Jeffrey Holmes

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About Jeffrey Holmes

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  • Birthday July 23

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    Ann Arbor/Tecumseh
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  1. Whoever wrote that should probably hang out with a better crowd of friends. Pay attention to Jacob.
  2. A rather pleasant, highly regarded, luthier/expert (who shall go nameless) taking time to carefully and thoughtfully look at a rather poor violin for an nice elderly couple at a convention (said very kindly): "Well... It's really not much of a violin, is it?"
  3. A good friend and colleague once said (while watching an auction that included wood and bridges form a maker who had recently passed); "Don't they know that a maker uses their best bridges first, and dies with their best wood?" I think there's some truth in that. I bought some very nice wood at that sale.
  4. Everyone works a little differently, but I think quick access to clamps is a real benefit. I keep smaller clamps (small bars, pillar clamps, closing clamps, small Cs, etc) and longer "reach" clamps for cello repairs are stored in drawers, but most medium size clamps are on two racks (below). The wall rack is half empty and the rod storage is short a few, as the clamps that live there are in use this morning. I think you'll get the idea though... Hope this helps.
  5. Ren wax is formulated to provide a very thin protective layer that can easily be removed. What one would want to try to build that up is beyond me...
  6. 99% of the time I'd get by with the wheel dresser, the square edge tool (both of those come with the machine, I believe), and the table. I have a custom fixture I attach to the table's face for grinding bench knives with long bevels, and use it without the fixture for scrapers, finger plane blades, other flat curved edge tools and, more than not, gouges. I also have the gouge guide that I use rarely, and the knife jig that I use for kitchen knives. I suppose they aren't for everyone, but I used one of the first Tormek grinders shipped to the states for many, many years (until the body started to rust out and the wheel cracked) and keep a T-4 at the house that I've had for about 8 or 10 years I think. A year or two ago I bought a T-8 for the shop to replace the old trusty rust bucket and have been very happy with it.
  7. Can you hold it closer to the screen please? I can't see it. :-) I take it from your description of the situation this is a dealer offering and not auction, correct? I'm moving your post to the pegbox. Seriously; We don't know where you are, who is responsible for the second opinions you mention, who the dealer offering the fiddle is, who wrote the certificate and we can't see the fiddle (and maybe we shouldn't know any of this on a public forum). Therefore, hard to give you much more advice than what follows. If there is concern, I would suggest obtaining a reliable opinion, in person, by someone who knows Pedrazzini's work. For retail, the price you quoted seems a little low (for a good one in good shape that's authentic)...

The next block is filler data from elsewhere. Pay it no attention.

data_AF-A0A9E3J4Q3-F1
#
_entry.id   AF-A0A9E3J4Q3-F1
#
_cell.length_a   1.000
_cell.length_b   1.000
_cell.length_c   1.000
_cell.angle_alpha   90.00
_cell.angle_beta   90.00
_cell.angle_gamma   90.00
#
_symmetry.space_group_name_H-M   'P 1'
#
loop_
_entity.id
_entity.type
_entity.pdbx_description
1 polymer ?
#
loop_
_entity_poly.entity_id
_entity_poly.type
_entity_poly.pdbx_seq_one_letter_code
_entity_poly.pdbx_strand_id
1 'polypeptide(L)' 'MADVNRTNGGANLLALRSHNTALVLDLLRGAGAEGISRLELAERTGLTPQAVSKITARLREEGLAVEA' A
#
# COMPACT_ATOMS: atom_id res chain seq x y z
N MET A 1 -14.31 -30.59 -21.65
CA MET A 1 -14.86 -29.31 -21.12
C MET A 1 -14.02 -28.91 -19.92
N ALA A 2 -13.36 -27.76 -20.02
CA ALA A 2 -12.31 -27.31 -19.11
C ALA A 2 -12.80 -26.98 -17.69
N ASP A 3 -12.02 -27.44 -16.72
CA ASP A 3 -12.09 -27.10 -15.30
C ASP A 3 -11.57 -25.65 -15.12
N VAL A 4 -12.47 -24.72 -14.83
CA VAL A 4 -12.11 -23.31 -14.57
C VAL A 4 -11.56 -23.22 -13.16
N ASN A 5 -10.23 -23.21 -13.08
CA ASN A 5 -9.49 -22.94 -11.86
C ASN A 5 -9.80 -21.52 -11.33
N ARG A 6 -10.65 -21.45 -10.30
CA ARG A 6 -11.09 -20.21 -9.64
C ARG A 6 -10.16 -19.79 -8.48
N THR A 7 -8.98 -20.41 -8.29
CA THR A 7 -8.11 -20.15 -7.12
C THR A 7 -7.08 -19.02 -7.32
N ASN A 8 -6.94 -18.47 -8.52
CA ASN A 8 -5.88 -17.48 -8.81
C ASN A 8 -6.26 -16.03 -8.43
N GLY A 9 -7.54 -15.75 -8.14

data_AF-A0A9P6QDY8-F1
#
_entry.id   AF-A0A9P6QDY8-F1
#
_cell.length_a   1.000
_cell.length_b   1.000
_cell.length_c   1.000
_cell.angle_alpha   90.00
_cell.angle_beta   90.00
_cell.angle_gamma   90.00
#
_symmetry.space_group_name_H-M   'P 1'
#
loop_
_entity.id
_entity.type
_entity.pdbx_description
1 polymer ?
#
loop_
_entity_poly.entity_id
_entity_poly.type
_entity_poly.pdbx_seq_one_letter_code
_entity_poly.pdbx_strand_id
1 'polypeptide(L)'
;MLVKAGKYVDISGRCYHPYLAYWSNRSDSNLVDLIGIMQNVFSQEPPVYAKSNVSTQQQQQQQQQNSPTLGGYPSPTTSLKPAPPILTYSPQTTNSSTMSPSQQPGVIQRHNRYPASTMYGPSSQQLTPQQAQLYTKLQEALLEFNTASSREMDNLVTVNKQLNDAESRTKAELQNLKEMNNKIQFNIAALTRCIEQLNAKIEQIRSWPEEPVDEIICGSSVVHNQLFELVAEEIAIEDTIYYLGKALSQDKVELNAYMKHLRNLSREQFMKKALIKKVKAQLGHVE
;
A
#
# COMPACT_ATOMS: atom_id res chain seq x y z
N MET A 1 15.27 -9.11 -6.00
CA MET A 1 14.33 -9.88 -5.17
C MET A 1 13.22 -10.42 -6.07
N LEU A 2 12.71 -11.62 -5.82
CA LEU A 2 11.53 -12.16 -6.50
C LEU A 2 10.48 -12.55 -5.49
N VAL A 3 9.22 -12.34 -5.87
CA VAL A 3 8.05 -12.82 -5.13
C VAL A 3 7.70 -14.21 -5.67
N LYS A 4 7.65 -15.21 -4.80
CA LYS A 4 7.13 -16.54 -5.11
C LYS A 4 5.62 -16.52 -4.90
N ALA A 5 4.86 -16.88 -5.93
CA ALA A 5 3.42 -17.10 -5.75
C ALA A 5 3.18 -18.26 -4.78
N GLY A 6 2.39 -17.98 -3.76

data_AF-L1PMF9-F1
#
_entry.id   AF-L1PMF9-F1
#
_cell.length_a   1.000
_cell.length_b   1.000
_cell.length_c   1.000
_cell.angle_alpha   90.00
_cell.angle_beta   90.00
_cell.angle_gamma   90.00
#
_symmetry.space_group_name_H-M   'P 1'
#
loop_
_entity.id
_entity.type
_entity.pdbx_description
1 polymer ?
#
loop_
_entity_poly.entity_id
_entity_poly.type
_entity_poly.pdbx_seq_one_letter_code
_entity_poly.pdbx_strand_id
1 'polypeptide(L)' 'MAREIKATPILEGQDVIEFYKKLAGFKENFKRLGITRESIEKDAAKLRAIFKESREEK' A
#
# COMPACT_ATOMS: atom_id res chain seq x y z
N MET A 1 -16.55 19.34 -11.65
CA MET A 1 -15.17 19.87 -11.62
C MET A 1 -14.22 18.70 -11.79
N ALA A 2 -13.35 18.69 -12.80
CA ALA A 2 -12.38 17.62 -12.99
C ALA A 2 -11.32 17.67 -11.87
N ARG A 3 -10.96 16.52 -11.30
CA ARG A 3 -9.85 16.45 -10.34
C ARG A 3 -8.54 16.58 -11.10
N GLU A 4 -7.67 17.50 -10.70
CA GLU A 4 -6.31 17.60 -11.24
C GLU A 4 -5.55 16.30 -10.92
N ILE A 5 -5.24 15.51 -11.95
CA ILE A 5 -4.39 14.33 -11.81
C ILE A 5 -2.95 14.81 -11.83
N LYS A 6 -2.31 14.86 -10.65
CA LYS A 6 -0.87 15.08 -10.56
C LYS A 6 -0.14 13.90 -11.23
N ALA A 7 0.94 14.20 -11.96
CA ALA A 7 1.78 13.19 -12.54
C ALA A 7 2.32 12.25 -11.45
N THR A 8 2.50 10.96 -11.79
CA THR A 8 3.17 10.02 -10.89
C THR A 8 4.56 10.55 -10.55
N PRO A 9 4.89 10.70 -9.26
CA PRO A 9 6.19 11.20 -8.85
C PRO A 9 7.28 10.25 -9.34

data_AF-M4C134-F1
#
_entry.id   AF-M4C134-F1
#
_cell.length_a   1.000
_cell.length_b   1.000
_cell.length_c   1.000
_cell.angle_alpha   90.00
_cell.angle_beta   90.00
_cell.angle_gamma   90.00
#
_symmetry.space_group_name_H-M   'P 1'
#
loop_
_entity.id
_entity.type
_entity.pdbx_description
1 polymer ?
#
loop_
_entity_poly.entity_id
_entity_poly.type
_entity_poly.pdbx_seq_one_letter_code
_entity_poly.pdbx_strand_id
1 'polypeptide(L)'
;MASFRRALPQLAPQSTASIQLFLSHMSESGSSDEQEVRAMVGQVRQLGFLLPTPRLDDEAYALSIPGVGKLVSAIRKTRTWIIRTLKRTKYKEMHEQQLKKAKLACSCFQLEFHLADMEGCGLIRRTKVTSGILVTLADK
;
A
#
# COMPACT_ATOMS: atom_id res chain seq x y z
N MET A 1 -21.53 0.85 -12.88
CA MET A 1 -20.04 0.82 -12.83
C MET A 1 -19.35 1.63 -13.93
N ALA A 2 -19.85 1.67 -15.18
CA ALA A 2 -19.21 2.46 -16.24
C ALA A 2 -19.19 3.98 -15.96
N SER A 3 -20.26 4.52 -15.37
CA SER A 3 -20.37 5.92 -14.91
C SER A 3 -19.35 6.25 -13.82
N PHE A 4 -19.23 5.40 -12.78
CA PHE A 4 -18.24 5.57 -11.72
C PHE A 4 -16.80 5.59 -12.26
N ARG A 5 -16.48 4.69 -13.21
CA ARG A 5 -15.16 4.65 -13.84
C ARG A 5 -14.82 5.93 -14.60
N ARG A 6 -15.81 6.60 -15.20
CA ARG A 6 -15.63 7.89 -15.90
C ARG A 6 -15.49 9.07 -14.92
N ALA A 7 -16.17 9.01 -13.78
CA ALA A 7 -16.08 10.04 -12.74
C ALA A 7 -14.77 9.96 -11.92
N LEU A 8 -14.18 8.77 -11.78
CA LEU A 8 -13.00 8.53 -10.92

8. You're welcome. If you're interested in sorting things out with makers, it's probably more productive to follow a plan, or if you prefer, a protocol. Jacob's excellent tutorials are a great way to start the process, but familiarizing yourself with straight forward fiddles in addition to the tutorials will tend to propel you forward in a much more rapid manner. Yes, I'm a moderator, but I also try to participate.
  9. Your original post is visible to all. There is no need to be defensive. I was responding specifically to the sentences I quoted... and offering some advice. It's free so you can take it or leave it. If you're serious about learning, I'd urge you to consider it. I will point out you were asking "if G&B ever made a radically different model from the standard one." and stated "I have found pretty convincing evidence that there was a G&B "first period" -1866 - 1870 when there violins looked different." earlier in the thread. It took you a good while to get to " I also agree with Jacob that its a standard markie with a fake label."... most likely because you were doing exactly what I suggested one not do.
  10. Always dangerous when excuses need to be made in an ID (one of his early fiddles, a bad day, made when he was incarcerated, an experimental model, the label was lost and some kind hearted luthier put in a facsimile, etc.). It's probably best, especially when learning, to stick to straight forward and typical examples of a maker or makers... and get a sense of how they approached the task of making. While understanding that makers may alter their trajectory slightly, they tend to evolve... they don't tend to depart from orbit. In the case of the OPs fiddle, I simply can't find boxes that can be checked for Gand & Bernardel.... or another serious maker of that school... so for me, it's not one.
  11. Yup... I assume he was talking about the transition from rounded to the straighter sides. I've personally not had difficulty with that.
  12. I make a block profiled to the shape and size of the cleats I plan to use, chalk fit the gluing surface, split the individual cleat off slightly thicker than what I plan to be the finished thickness, glue and clamp in place, then shape with a flat-ish gouge. Jerry Pasewicz's shop (Triangle Strings) employs a similar procedure and has a step-by-step description of the process (for one of the cleat shapes) online and available here. Interesting... I find the reverse to be true. I think we tend to adjust working methods to favor what we're used to doing, and therefore become more efficient at accomplishing the task.